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Bulk Deletes from a Large Table

2

Answers

  • John Stegeman
    John Stegeman Member Posts: 24,269 Blue Diamond
    edited May 14, 2015 1:13PM

    Oyvind - yes, but you said "Deleting 200 million rows may generate.... and space management" I was pointing out that space management doesn't apply to the "delete" scenario.

    If partitioning is an option for the OP and the table can be partitioned in a way that makes the delete a "partition swap" activity - that will be, by FAR, the fastest option with the least I/O

  • Paul V.
    Paul V. Member Posts: 42 Blue Ribbon
    edited May 14, 2015 1:20PM

    Thank you for some very interesting ideas.  There were some roadblocks to partitioning but after reading some of the linked articles, perhaps there are some work arounds that I had not thought of.  I am fortunate to have a test environment with the same hardware and space so I can run some real world tests.  I will update when I determine the best path.  Thanks again.

  • Oyvind Isene
    Oyvind Isene Member Posts: 64 Bronze Badge
    edited May 14, 2015 1:25PM

    Agree 100% with respect to partitioning. I mentioned CTAS in case it was impossible because of licenses or other reasons.

  • Jonathan Lewis
    Jonathan Lewis Member Posts: 10,010 Blue Diamond
    edited May 14, 2015 3:04PM

    There are a few strategies that might optimise this delete, and things like clustering, rows per value of col2, whether or not all the rows for a col2 would be deleted etc. Part of the problem is minimising read consistency costs, part is to do with the effects of random I/O.

    E.g. If there are many, well-clustered rows per col2 then a bulk load of all the targe col2 values followed by an index driven delete for each value in order could minimise undo, redo, random I/O, buffer visits and block changes.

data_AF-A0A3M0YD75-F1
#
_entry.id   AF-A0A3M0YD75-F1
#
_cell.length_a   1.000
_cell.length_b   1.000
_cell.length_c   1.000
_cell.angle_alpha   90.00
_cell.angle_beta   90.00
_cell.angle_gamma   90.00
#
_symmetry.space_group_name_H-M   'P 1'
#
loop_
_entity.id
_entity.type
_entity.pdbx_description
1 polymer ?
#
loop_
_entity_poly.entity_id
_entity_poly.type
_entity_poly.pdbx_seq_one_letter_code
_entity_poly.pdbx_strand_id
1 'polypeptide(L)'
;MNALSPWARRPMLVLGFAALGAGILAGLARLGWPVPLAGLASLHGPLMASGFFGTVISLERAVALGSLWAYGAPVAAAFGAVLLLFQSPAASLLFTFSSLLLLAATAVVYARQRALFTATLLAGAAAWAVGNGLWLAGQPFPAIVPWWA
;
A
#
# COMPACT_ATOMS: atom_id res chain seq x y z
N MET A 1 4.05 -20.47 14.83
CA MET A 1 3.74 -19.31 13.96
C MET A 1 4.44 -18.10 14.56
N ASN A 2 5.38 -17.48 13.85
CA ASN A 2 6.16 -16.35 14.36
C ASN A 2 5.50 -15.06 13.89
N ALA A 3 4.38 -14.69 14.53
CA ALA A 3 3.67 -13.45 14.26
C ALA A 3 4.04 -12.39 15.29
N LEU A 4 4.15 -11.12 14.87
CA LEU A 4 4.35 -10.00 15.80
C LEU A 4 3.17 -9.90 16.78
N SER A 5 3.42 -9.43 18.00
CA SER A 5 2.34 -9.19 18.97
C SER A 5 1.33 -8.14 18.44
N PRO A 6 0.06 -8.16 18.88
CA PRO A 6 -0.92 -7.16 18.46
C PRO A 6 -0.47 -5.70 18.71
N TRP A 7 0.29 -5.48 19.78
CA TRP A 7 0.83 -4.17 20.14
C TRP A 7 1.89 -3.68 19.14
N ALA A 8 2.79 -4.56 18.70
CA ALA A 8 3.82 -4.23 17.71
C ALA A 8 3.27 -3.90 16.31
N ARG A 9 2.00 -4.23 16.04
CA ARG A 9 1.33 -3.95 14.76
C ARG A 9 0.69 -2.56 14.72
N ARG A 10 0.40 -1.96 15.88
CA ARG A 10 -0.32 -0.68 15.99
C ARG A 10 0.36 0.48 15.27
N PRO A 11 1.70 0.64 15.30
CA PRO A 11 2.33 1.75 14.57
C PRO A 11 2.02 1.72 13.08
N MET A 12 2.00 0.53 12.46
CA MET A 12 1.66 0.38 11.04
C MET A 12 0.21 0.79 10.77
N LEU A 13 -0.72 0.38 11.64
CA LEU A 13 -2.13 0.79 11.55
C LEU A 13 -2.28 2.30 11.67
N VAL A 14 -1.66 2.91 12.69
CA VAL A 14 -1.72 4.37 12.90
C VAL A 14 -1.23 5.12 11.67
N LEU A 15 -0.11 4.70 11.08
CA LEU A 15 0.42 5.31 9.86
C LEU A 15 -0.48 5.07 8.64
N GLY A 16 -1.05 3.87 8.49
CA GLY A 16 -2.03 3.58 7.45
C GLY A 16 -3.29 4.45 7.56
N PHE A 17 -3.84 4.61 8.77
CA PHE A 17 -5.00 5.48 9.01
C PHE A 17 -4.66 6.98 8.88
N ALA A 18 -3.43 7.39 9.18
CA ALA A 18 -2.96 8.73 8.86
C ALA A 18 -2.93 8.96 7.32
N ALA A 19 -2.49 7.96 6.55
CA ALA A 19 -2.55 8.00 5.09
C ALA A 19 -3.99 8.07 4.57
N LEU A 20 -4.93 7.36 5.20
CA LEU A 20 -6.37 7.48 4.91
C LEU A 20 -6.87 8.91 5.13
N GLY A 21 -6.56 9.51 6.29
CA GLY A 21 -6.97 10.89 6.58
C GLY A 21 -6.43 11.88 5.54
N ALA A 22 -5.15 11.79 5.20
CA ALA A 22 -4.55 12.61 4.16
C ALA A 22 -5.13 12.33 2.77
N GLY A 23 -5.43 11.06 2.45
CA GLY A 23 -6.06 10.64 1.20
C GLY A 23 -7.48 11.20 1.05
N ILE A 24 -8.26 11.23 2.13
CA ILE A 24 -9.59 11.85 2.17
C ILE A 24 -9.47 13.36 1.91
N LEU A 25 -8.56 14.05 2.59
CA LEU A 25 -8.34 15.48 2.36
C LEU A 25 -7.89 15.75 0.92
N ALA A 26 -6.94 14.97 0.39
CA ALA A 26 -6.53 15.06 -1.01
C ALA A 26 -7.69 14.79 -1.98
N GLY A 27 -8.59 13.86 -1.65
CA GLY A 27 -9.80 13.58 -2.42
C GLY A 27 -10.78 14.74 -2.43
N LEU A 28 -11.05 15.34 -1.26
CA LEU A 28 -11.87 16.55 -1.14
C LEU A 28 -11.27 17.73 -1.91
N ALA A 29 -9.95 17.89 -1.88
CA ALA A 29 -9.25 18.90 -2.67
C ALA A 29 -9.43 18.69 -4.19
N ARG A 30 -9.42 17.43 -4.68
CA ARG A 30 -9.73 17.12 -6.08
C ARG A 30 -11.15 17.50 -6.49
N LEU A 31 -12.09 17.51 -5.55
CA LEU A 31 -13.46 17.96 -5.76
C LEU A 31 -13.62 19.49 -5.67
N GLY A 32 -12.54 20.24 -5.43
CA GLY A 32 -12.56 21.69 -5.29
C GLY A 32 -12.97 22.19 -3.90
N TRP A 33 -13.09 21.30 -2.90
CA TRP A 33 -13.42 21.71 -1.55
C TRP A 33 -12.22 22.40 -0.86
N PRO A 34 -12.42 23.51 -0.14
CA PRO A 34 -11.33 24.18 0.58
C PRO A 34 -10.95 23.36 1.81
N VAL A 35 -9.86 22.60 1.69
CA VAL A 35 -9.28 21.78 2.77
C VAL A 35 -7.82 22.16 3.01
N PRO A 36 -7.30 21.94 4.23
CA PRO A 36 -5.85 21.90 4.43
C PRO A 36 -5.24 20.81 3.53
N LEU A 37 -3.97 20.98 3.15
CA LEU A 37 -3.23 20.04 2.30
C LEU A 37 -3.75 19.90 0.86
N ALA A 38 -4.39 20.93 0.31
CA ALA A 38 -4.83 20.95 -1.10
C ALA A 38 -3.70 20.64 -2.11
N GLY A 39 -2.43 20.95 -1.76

This relates to an interesting side effect of different execution paths that you should consider when doing large deletes: https://jonathanlewis.wordpress.com/2006/11/22/tuning-updates/  The article is old (2006) but is still relevant, and it is true for deletes even though it talks mostly about updates

    Regards

    Jonathan Lewis

  • jgarry
    jgarry Member Posts: 13,844 Gold Crown
    edited May 14, 2015 2:13PM

    The last line in Alberto's comment #5 seems prescient in describing more recent undo performance issues.

  • Unknown
    edited May 14, 2015 3:22PM
    jgarry wrote:
    
    The last line in Alberto's comment #5 seems prescient in describing more recent undo performance issues. 
    

    Huh? What 'Alberto' are you talking about? Comment #5 was by John Stegeman - and his reply was a one-liner.

  • Jonathan Lewis
    Jonathan Lewis Member Posts: 10,010 Blue Diamond
    edited May 14, 2015 3:27PM

    Joel meant comment 5 of the blog post I referenced.

    Regards

    Jonathan Lewis

  • Unknown
    edited May 14, 2015 3:40PM

    Unless we know how the data is really used it's hard to give you any specific advice